How to create a balanced fund with ETFs

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With the recent release of fixed income exchange-traded funds (ETFs), Australian investors now have all the major pieces they need to create their own cheap and transparent balanced investment funds from products listed on the Australian stock exchange.

The traditional balanced fund has a mix of cash, bonds, listed property and domestic and international equities. Investors or their financial advisors then allocate funds to each of these asset classes according to expected returns, volatility, and the risk and return preferences of the investor. Although opinions differ, most typical ‘medium-risk’ balanced funds have about a 60% allocation to listed property and equities, and a 40% allocation to cash and bonds.

One hypothetical balanced fund portfolio construction is provided below.

Managed funds vs. ETFs

It’s been typical for financial planners to construct such balanced portfolios from a range of either indexed or actively managed unlisted managed funds. And some fund managers provide balanced funds as a stand-alone product.

The question before us, however, is how can we construct such a balanced fund using the ETFs now available on the ASX? And how expensive would such a portfolio be to maintain?

Here’s an example of what’s possible using a range of ETFs that have relatively low management expense ratios (MERs) for their asset class – which are typically provided by Vanguard. Replicating the above balanced fund using ETFs would result in an annual management fee of only 0.17%!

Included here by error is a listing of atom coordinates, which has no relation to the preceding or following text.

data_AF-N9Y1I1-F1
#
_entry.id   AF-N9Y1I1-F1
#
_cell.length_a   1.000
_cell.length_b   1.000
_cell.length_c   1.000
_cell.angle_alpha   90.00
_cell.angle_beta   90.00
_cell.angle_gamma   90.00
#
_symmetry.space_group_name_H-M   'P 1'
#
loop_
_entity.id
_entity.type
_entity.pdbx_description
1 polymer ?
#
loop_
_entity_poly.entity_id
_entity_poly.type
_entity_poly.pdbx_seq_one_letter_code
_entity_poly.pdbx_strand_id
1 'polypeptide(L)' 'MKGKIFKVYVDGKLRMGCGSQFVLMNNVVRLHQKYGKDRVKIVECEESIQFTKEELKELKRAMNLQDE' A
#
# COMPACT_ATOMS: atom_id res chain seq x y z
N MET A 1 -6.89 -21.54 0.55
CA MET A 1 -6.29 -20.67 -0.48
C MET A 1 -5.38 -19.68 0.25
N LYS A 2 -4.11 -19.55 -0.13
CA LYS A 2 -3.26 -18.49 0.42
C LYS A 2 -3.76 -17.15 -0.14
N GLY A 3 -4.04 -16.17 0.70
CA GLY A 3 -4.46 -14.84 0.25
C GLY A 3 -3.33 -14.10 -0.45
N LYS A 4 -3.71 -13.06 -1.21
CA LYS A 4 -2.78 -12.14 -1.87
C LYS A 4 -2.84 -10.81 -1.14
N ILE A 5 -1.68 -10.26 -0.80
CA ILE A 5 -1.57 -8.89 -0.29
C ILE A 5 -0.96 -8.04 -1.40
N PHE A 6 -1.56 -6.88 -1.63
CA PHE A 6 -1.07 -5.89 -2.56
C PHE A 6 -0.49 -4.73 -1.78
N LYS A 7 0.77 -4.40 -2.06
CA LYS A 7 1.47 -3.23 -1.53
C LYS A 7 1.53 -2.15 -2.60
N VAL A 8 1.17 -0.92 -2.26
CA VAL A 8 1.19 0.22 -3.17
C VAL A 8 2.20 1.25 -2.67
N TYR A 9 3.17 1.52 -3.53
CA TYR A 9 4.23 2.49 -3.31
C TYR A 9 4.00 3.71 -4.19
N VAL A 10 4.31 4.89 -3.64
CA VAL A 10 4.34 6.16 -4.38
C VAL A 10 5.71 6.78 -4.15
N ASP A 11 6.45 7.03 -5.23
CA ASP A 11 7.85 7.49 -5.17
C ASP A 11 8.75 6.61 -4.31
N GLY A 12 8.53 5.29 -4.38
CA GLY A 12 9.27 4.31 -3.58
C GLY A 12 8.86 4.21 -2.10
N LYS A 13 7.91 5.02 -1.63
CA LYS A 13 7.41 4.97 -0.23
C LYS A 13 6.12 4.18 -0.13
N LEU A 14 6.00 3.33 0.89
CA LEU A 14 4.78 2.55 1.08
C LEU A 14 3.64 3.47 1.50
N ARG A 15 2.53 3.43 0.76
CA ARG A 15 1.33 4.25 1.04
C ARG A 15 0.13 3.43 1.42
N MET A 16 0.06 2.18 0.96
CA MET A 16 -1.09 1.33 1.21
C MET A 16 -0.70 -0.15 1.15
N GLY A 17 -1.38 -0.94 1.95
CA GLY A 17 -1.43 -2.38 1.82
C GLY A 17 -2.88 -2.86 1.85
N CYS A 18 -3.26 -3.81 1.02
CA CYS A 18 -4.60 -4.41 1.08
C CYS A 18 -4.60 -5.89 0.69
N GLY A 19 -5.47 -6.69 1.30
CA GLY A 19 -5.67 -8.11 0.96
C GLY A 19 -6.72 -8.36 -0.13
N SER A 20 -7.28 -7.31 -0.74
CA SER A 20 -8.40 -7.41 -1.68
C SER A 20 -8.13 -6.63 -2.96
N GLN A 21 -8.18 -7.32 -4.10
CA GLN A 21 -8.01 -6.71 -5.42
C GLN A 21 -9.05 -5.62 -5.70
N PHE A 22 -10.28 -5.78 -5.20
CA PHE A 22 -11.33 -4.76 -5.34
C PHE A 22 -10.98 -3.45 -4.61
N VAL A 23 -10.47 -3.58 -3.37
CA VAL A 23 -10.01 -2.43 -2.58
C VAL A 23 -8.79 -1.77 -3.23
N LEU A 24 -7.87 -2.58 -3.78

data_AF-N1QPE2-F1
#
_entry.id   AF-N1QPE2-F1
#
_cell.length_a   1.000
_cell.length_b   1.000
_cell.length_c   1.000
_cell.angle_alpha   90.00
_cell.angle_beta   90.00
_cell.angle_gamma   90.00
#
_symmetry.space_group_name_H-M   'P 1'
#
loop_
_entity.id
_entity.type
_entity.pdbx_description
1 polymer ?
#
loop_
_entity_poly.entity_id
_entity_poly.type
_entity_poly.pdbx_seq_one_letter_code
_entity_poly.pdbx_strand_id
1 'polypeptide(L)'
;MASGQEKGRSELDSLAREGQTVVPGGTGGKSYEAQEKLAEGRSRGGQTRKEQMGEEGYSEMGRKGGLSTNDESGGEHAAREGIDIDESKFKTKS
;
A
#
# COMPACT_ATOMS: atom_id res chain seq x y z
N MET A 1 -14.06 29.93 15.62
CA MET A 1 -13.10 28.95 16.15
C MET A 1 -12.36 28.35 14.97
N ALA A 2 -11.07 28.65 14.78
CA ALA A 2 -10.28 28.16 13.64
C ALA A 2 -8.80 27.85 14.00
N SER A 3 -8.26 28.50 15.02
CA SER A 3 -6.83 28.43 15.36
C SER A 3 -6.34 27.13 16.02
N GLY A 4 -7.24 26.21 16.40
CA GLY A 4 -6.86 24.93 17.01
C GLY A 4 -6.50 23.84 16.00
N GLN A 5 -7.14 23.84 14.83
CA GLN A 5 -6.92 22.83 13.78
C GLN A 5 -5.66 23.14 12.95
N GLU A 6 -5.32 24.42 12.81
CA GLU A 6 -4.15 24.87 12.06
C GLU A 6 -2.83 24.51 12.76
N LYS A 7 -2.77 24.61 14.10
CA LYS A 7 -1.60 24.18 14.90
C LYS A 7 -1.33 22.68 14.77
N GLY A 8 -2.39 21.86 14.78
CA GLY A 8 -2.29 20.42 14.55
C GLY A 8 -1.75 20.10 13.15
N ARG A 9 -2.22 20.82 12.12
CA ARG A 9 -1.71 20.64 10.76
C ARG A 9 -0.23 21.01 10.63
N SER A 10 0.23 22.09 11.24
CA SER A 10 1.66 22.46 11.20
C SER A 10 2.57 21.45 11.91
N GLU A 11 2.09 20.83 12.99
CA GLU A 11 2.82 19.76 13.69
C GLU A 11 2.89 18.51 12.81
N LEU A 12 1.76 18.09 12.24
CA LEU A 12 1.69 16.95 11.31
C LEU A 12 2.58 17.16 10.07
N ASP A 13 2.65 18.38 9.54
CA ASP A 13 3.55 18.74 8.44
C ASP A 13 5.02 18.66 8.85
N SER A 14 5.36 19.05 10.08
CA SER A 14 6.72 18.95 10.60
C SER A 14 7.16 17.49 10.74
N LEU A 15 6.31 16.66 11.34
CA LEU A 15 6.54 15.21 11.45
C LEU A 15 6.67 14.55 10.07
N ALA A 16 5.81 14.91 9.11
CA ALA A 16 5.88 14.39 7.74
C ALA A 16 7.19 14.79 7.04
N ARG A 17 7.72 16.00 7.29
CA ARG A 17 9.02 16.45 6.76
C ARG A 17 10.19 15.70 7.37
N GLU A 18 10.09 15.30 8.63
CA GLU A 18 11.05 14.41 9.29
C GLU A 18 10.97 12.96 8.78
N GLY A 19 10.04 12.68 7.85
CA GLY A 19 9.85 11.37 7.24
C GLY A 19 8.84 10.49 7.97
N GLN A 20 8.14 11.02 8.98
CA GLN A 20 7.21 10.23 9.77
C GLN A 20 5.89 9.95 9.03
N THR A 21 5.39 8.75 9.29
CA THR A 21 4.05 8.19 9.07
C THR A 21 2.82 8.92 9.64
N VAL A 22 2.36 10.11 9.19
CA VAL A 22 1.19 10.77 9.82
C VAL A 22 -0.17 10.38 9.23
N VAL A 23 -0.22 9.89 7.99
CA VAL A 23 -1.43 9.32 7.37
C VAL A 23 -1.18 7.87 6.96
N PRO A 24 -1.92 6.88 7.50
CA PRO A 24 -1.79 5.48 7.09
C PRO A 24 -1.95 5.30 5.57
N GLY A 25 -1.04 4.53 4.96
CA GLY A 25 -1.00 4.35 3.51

This portfolio would be marginally cheaper moreover, if the high interest cash ETF (AAA) were simply replaced with a term deposit.

 A possible balanced fund using ETFs


Of course, using ETFs only guarantees returns in line with the benchmark performance of each asset class. In some cases, investors may wish to replace an ETF with an actively managed fund where they believe the investment manager has a good chance of outperforming the benchmark.

Investors may also wish to add further diversification and return opportunities by venturing into alternative assets, like commodities. In that regard, investors should note that there is a range of commodity ETFs also available. One popular choice is gold, with a gold ETF available that is either hedged against the Australian dollar’s movements (ASX code: QAU) or unhedged (ASX: GOLD).

This then begs the question of which asset classes are best suited to using ETFs, and which might warrant use of an active manager? Standard & Poor’s has been asking this question for years, with a regular survey detailing the per cent of actively managed funds that beat their benchmark within each asset class. The latest results are detailed below.

Percentage of managed funds beaten by the index


As should be clear, the evidence is not highly supportive of active management in most major asset classes – with, say, the exception of small-cap funds. In the fixed-income areas, for example, 80% of actively managed Australian funds were beaten by the benchmark over the past five years. For local and international large-cap equity funds, the results are not much better, with only around 30% of funds beating their benchmark.

ETFs don’t promise to beat their investment benchmark – but they can promise to at least match benchmark returns (something most fund managers can’t do) and at a fraction of the price. Our ETF-based balanced investment fund, for example, would cost investors an annual management fee of less than one fifth of a percentage point.

Important information: This content has been prepared without taking account of the objectives, financial situation or needs of any particular individual. It does not constitute formal advice. Anyone should, before acting, consider the appropriateness of the information in regards to their objectives, financial situation and needs and, if necessary, seek professional advice.

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